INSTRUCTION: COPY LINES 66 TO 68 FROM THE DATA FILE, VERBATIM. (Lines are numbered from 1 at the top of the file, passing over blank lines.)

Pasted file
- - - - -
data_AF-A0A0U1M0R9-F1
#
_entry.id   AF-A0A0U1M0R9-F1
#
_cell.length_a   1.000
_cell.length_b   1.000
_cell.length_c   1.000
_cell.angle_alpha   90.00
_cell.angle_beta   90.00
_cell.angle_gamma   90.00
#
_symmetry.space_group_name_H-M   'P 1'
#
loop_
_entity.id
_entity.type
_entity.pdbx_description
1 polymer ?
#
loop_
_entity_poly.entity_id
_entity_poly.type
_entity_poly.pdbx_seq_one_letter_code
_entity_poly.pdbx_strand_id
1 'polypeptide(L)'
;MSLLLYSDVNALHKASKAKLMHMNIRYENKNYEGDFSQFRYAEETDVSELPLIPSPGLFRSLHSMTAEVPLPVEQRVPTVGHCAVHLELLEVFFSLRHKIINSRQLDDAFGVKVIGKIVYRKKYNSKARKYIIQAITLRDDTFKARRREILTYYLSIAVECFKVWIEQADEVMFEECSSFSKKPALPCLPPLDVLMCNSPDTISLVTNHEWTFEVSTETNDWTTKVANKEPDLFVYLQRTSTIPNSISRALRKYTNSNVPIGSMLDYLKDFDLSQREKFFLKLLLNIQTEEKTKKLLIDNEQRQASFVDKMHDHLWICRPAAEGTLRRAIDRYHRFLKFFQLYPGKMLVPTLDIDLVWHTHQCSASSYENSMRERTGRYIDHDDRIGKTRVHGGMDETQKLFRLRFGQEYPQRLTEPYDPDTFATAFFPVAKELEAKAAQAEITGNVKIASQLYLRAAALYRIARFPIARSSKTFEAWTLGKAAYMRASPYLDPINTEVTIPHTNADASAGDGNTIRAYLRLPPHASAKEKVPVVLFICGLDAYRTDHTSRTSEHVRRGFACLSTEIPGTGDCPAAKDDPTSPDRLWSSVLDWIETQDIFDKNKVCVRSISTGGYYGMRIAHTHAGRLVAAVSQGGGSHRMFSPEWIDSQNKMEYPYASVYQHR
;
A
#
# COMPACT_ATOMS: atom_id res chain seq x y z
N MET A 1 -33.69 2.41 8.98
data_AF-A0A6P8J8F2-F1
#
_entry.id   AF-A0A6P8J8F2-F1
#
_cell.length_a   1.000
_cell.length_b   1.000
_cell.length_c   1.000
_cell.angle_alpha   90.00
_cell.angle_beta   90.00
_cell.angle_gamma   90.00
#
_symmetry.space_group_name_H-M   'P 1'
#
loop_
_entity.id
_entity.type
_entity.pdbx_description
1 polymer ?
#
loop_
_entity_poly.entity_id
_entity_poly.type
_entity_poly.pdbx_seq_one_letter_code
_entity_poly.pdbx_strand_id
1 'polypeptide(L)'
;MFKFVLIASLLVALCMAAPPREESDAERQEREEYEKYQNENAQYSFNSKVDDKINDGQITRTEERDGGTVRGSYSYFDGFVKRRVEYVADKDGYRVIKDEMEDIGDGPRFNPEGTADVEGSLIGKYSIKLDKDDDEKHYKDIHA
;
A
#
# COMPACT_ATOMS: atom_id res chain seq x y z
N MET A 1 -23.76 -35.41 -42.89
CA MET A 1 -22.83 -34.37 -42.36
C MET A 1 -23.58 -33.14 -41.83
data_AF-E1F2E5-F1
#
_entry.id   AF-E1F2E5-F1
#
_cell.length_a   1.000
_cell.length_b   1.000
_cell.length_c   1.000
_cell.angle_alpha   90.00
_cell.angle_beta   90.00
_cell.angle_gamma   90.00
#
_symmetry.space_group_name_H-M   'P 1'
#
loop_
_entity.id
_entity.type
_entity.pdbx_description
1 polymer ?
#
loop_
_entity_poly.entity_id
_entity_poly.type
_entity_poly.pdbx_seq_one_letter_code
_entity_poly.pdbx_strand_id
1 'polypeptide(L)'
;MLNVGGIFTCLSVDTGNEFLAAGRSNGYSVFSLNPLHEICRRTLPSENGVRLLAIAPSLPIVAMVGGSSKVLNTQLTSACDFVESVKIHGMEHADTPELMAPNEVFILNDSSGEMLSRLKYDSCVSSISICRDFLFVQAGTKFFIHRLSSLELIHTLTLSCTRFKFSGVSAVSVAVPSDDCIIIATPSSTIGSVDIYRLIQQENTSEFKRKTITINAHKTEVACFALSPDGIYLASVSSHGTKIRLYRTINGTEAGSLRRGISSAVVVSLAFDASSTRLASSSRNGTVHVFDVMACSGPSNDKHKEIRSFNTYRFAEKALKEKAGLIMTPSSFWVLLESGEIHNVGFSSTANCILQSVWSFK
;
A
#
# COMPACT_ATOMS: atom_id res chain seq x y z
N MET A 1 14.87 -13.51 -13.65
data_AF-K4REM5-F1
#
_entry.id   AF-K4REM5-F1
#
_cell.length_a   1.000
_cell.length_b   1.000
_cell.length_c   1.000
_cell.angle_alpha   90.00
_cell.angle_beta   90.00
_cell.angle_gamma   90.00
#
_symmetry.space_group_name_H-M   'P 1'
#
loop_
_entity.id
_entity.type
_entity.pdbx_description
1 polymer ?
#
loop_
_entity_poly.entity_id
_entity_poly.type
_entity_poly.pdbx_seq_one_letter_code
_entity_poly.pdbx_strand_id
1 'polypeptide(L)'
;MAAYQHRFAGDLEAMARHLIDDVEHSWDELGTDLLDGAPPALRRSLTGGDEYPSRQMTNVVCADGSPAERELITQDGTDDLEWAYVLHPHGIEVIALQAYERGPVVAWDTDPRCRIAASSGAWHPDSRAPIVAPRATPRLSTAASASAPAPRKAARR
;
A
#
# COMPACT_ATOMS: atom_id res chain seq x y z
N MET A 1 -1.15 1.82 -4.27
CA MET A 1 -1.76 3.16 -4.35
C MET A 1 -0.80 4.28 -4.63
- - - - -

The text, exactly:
#
_entry.id   AF-E1F2E5-F1
#